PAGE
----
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  1. #1
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    Best css layout method?

    I've been using css layouts for several years. I first used absolute positioning but recently have been using float, and found it much easier. But I've read that float shouldn't really be used to create layouts. I'm wondering what is the best method and what are the major drawbacks/ bug effecting them?

  2. #2
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    But I've read that float shouldn't really be used to create layouts.
    Whoever told you that doesn't know a thing about CSS i'm afraid.

    Floats are the most versatile tool in the css toolbox and although they may not have been specifically designed to create whole layouts they can in fact be used very well in most instances.

    Absolute positioning in layouts has limited use because you lose the document flow and there is no easy way to recover it. Floats on the other hand can be cleared to regain the flow of the document and elements can continue logically.

    Most layouts are in fact a mixture of static, floated and absolute positioning and when used correctly then most types of layouts can be created.

    Floats are not without their problems though and there are certain obstacles to overcome (such as the 3 pixel jog, double margin bug, float drop etc) but once you understand these you can design around the problems.

    You can read up on floats in the faq and then you will be set to go

  3. #3
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    Quote Originally Posted by Paul O'B
    Whoever told you that doesn't know a thing about CSS i'm afraid.
    Well, that's what I thought as I say I found floats much handier, more logical, and more flexible than absolute positioning, and have been using two column layouts with float for a few years without encountering any problems. I must admit I don't know the full details of the bugs you mentioned - so I will read up that FAQ, thanks.

    One issue I have encountered with a 3-column layout is that the right hand column jumps down below the left hand column in IE "before " it does in Firefox, if you see what I mean - i.e the layout is ruined in IE while it still looks ok in Firefox.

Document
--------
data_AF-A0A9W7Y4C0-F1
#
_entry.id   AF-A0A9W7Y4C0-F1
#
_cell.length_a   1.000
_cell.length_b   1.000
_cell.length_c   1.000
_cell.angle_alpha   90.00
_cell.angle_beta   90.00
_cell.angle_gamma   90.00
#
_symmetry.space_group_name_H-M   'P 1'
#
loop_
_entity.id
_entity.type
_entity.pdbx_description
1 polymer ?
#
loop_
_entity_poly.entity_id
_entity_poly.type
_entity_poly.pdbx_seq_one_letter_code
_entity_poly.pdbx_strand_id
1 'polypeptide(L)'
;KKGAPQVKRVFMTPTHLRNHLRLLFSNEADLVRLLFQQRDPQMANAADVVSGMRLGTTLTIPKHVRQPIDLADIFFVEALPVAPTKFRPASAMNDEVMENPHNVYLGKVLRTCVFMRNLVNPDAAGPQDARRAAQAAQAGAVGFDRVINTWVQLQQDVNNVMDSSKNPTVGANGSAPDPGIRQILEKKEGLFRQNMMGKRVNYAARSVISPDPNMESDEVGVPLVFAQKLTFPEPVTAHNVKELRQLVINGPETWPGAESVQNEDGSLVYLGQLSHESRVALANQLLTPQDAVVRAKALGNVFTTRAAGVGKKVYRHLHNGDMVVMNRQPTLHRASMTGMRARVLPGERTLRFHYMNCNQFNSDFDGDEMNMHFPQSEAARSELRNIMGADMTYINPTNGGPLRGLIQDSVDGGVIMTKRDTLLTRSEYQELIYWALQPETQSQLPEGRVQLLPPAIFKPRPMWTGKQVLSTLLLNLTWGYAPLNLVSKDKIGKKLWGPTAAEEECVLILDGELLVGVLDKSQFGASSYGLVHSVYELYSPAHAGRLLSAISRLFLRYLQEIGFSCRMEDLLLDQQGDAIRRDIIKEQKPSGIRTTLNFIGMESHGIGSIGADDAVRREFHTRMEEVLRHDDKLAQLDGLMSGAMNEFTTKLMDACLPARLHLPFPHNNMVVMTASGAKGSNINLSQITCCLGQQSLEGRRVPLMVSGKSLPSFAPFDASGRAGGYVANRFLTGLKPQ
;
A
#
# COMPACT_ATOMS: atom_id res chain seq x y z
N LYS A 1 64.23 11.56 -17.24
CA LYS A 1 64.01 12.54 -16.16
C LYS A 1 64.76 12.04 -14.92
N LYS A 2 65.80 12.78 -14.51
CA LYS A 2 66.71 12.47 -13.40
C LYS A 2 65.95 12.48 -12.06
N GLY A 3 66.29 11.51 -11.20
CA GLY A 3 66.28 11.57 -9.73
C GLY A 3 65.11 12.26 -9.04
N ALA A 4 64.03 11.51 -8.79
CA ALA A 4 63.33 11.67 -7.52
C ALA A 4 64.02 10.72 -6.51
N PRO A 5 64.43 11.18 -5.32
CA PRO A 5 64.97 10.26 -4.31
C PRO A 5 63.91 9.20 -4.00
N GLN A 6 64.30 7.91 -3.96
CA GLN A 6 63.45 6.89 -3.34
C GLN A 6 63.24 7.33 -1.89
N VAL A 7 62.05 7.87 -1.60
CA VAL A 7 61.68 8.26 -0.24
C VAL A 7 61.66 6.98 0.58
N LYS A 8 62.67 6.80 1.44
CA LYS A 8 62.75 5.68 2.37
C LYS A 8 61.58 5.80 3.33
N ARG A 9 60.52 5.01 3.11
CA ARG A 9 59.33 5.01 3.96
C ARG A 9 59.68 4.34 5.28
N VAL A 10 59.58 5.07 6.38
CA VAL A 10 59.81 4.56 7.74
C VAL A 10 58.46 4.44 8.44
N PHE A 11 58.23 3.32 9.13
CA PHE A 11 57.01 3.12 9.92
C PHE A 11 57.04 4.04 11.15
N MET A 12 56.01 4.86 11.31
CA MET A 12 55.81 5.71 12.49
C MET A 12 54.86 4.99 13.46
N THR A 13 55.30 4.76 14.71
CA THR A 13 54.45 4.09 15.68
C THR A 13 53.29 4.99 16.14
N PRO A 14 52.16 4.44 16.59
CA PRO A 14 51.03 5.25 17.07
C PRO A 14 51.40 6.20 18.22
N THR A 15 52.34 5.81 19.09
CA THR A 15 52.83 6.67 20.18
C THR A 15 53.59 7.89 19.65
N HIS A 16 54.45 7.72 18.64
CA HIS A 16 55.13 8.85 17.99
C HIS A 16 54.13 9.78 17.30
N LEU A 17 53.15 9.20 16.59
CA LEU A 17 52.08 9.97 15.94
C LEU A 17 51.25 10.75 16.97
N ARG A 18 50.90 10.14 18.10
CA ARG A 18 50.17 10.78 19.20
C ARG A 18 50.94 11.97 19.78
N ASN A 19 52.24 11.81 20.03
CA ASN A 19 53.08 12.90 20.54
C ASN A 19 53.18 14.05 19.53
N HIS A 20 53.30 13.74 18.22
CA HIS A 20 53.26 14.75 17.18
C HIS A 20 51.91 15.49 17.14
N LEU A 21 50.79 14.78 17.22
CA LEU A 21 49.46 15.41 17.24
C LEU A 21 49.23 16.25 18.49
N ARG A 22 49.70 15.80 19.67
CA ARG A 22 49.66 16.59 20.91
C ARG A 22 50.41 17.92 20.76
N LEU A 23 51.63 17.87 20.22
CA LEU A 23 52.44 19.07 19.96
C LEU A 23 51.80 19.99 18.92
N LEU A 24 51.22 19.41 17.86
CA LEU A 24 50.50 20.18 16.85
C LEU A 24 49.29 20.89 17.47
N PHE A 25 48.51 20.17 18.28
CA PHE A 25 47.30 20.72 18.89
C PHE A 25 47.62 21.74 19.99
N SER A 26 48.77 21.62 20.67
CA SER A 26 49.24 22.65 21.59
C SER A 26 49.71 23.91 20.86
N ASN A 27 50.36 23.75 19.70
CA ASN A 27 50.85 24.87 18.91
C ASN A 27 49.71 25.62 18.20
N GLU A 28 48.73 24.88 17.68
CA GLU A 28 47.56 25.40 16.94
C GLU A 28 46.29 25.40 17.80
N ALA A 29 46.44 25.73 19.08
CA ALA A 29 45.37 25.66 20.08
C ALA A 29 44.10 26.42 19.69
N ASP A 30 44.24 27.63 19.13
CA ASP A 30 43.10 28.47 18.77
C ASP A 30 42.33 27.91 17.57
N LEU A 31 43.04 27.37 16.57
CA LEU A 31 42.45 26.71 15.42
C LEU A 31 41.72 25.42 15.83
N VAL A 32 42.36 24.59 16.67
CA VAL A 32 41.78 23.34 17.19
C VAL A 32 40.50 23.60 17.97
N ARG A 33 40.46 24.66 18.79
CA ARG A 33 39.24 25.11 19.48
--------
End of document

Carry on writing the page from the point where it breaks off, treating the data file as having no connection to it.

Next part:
Thanks again.

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    SitePoint Wizard bronze trophy Tailslide's Avatar
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    I remember reading that article too - I wouldn't worry too much about it. Currently floats are probably the easiest way to lay out a page.

    The Semantic Web "community" likes to torture itself occasionally - this is an example of that.

    There's "Wrong" - using tables for layout (big bad no-no)
    Then there's "Wrong" - using floats for layout (*shrug*)
    Little Blue Plane Web Design
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  5. #5
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    Quote Originally Posted by Enoch Root
    But I've read
    Hello

    Where ?

  6. #6
    SitePoint Wizard bronze trophy Tailslide's Avatar
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    The article I read on this general theme was this: http://dbaron.org/log/2005-12#e20051228a
    Little Blue Plane Web Design
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  7. #7
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    One issue I have encountered with a 3-column layout is that the right hand column jumps down below the left hand column in IE "before " it does in Firefox, if you see what I mean - i.e the layout is ruined in IE while it still looks ok in Firefox.
    When a float is squeezed then it will look for room below other floats. Often in IE this will happen sooner than firefox due to one of the float bugs I mentioned above (or those mentioned in the faq).

    Some would say that in a fluid layout then the float should always drop down to allow the page to get smaller but this of course does break the look of the layout. In a fixed width layout this is not a problem.